We had a busy week on Wall Street.
The great Ben Bernanke told us things were bad — and getting worse.
Chinese manufacturing is slowing... Home sales dipped in May... The people of Greece voted for the austerity/pro-euro party... The debt crisis then moved on to Spain, who is now paying more than 5% for 18-month paper (this despite the fact that Spanish banks recently got a $100 billion euro bailout).
But the news isn't all bad.
The Fed chief told us he would continue the “Twist” for the rest of the year.
This is a card trick in which Ben sells short-term debt and uses the proceeds to buy long-term debt in an effort to push down mortgage rates.
It's working. Mortgage rates are at 3.63%, surely as cheap as I've ever seen them...
Though I do remember my grandfather once telling me they were 2% during the Great Depression — only no one could get a loan then.
We wrote on Thursday that Warren Buffett is buying up housing on value. And because Bernanke did not invoke QE3, the market has sold dollar-denominated assets like gold and oil... which in turn, as Brian Hicks tells, has China buying up all the cheap oil it can gets its hands on.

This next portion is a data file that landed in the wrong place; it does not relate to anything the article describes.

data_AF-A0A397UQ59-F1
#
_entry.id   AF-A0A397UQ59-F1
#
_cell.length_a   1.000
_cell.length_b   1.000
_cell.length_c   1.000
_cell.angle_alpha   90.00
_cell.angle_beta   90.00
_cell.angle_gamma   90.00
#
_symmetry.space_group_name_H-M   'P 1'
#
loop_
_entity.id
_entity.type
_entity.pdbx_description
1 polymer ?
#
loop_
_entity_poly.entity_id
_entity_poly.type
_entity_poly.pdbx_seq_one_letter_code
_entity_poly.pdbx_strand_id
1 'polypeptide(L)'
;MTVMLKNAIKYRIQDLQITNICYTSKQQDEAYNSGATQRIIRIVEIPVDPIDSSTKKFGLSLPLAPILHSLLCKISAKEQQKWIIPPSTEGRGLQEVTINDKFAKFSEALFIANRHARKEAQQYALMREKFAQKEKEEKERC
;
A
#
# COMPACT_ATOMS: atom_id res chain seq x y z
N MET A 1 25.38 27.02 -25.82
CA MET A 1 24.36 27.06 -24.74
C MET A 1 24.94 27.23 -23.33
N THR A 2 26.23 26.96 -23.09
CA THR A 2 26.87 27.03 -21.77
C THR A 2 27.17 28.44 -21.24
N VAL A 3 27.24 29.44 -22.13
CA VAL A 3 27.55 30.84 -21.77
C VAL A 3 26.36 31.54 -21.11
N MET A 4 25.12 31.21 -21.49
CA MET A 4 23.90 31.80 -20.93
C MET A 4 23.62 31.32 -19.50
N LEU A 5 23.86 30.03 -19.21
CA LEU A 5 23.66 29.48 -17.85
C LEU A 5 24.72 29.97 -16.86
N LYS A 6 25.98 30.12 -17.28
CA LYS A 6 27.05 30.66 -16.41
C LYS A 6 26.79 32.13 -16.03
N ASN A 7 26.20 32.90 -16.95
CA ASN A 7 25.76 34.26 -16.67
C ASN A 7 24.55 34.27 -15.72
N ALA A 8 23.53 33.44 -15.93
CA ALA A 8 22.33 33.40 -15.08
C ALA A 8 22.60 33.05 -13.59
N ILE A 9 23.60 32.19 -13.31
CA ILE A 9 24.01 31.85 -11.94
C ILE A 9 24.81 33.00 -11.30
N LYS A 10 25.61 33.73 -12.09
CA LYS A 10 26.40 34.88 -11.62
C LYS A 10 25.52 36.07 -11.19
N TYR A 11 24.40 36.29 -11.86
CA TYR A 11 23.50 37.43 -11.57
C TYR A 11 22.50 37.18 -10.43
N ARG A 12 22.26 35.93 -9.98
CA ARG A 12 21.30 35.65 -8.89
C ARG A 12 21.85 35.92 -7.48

Your humble editor detailed (in full below) how, if we used the money supply/gold price as an indicator, gold would be at $8,500/ounce today.
You should be looking for entry points on this dip.
Here is your dollar/gold chart:
When the greenback goes up, gold (and oil) go down.
Will the dollar continue to rise as the euro falls... or will we get QE3 in August, which will drive the dollar down?
It's too soon to tell — but I'm betting on the latter.
I've been doing some interesting research on the idea of the U.S. dollar as the world's reserve currency.
The reason the Fed gets to pay 0.25% on its debt while Spain pays more than 5% is because the dollar is used to trade between countries — and to buy oil.
The Chinese have been working hard to end this special relationship. I'll tell you more about it next week.
In the meantime, go outside and ride your bike or something...
It's the weekend.
Editor, Wealth Daily
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